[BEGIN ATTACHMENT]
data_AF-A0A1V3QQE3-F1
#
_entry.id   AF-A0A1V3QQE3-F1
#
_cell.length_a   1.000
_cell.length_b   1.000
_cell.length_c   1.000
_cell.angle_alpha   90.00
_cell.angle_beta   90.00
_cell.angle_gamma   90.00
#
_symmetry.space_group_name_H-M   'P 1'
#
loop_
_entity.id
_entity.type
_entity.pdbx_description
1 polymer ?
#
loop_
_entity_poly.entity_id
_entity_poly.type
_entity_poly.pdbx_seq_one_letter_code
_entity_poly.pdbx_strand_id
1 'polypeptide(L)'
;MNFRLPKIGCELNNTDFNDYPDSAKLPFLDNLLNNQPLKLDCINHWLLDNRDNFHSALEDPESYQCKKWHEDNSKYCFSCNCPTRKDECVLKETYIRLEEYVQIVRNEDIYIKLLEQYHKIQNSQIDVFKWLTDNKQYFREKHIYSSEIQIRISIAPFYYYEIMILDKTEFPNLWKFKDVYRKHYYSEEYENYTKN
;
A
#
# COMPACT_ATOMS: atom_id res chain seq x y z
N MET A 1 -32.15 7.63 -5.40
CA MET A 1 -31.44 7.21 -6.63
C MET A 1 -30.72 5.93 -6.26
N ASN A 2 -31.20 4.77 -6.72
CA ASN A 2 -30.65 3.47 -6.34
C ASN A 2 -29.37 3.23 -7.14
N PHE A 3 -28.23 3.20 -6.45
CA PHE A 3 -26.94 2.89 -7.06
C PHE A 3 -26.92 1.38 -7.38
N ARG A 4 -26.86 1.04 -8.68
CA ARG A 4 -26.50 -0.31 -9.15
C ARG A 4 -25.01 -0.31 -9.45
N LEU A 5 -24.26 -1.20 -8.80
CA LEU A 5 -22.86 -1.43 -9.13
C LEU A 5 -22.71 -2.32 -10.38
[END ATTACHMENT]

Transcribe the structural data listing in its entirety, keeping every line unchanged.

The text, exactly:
data_AF-A0A1V3QQE3-F1
#
_entry.id   AF-A0A1V3QQE3-F1
#
_cell.length_a   1.000
_cell.length_b   1.000
_cell.length_c   1.000
_cell.angle_alpha   90.00
_cell.angle_beta   90.00
_cell.angle_gamma   90.00
#
_symmetry.space_group_name_H-M   'P 1'
#
loop_
_entity.id
_entity.type
_entity.pdbx_description
1 polymer ?
#
loop_
_entity_poly.entity_id
_entity_poly.type
_entity_poly.pdbx_seq_one_letter_code
_entity_poly.pdbx_strand_id
1 'polypeptide(L)'
;MNFRLPKIGCELNNTDFNDYPDSAKLPFLDNLLNNQPLKLDCINHWLLDNRDNFHSALEDPESYQCKKWHEDNSKYCFSCNCPTRKDECVLKETYIRLEEYVQIVRNEDIYIKLLEQYHKIQNSQIDVFKWLTDNKQYFREKHIYSSEIQIRISIAPFYYYEIMILDKTEFPNLWKFKDVYRKHYYSEEYENYTKN
;
A
#
# COMPACT_ATOMS: atom_id res chain seq x y z
N MET A 1 -32.15 7.63 -5.40
CA MET A 1 -31.44 7.21 -6.63
C MET A 1 -30.72 5.93 -6.26
N ASN A 2 -31.20 4.77 -6.72
CA ASN A 2 -30.65 3.47 -6.34
C ASN A 2 -29.37 3.23 -7.14
N PHE A 3 -28.23 3.20 -6.45
CA PHE A 3 -26.94 2.89 -7.06
C PHE A 3 -26.92 1.38 -7.38
N ARG A 4 -26.86 1.04 -8.68
CA ARG A 4 -26.50 -0.31 -9.15
C ARG A 4 -25.01 -0.31 -9.45
N LEU A 5 -24.26 -1.20 -8.80
CA LEU A 5 -22.86 -1.43 -9.13
C LEU A 5 -22.71 -2.32 -10.38